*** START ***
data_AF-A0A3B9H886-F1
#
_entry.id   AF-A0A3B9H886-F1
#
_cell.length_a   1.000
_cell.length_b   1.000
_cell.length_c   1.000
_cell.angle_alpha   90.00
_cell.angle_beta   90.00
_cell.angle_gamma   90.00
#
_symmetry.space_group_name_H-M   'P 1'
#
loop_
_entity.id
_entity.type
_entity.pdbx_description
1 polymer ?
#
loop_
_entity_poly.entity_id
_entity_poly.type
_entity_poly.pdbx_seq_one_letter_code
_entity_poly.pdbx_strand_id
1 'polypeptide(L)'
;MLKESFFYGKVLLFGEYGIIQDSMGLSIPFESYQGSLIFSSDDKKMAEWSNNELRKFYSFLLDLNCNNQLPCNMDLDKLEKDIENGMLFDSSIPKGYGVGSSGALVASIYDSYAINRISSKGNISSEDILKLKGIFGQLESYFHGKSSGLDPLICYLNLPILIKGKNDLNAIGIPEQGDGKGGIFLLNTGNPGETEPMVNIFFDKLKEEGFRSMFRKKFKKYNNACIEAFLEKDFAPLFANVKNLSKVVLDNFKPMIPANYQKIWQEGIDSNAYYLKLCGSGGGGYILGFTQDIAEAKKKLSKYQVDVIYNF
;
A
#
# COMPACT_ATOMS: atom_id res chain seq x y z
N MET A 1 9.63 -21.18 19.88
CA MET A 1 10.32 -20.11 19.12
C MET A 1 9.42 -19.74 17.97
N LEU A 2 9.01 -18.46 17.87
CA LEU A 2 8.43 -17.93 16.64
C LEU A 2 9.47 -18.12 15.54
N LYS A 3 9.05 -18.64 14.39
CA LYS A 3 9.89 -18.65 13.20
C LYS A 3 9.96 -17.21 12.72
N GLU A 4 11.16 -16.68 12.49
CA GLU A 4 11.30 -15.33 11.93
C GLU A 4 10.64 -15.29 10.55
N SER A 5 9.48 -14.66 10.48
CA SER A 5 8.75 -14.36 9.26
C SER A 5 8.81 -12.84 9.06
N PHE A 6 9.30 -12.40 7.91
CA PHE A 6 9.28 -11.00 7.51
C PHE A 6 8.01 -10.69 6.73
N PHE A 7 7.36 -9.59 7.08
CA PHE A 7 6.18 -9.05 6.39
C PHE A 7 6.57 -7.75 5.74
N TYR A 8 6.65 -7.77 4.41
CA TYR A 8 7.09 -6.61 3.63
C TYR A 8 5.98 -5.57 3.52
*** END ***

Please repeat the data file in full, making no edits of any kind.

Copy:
data_AF-A0A3B9H886-F1
#
_entry.id   AF-A0A3B9H886-F1
#
_cell.length_a   1.000
_cell.length_b   1.000
_cell.length_c   1.000
_cell.angle_alpha   90.00
_cell.angle_beta   90.00
_cell.angle_gamma   90.00
#
_symmetry.space_group_name_H-M   'P 1'
#
loop_
_entity.id
_entity.type
_entity.pdbx_description
1 polymer ?
#
loop_
_entity_poly.entity_id
_entity_poly.type
_entity_poly.pdbx_seq_one_letter_code
_entity_poly.pdbx_strand_id
1 'polypeptide(L)'
;MLKESFFYGKVLLFGEYGIIQDSMGLSIPFESYQGSLIFSSDDKKMAEWSNNELRKFYSFLLDLNCNNQLPCNMDLDKLEKDIENGMLFDSSIPKGYGVGSSGALVASIYDSYAINRISSKGNISSEDILKLKGIFGQLESYFHGKSSGLDPLICYLNLPILIKGKNDLNAIGIPEQGDGKGGIFLLNTGNPGETEPMVNIFFDKLKEEGFRSMFRKKFKKYNNACIEAFLEKDFAPLFANVKNLSKVVLDNFKPMIPANYQKIWQEGIDSNAYYLKLCGSGGGGYILGFTQDIAEAKKKLSKYQVDVIYNF
;
A
#
# COMPACT_ATOMS: atom_id res chain seq x y z
N MET A 1 9.63 -21.18 19.88
CA MET A 1 10.32 -20.11 19.12
C MET A 1 9.42 -19.74 17.97
N LEU A 2 9.01 -18.46 17.87
CA LEU A 2 8.43 -17.93 16.64
C LEU A 2 9.47 -18.12 15.54
N LYS A 3 9.05 -18.64 14.39
CA LYS A 3 9.89 -18.65 13.20
C LYS A 3 9.96 -17.21 12.72
N GLU A 4 11.16 -16.68 12.49
CA GLU A 4 11.30 -15.33 11.93
C GLU A 4 10.64 -15.29 10.55
N SER A 5 9.48 -14.66 10.48
CA SER A 5 8.75 -14.36 9.26
C SER A 5 8.81 -12.84 9.06
N PHE A 6 9.30 -12.40 7.91
CA PHE A 6 9.28 -11.00 7.51
C PHE A 6 8.01 -10.69 6.73
N PHE A 7 7.36 -9.59 7.08
CA PHE A 7 6.18 -9.05 6.39
C PHE A 7 6.57 -7.75 5.74
N TYR A 8 6.65 -7.77 4.41
CA TYR A 8 7.09 -6.61 3.63
C TYR A 8 5.98 -5.57 3.52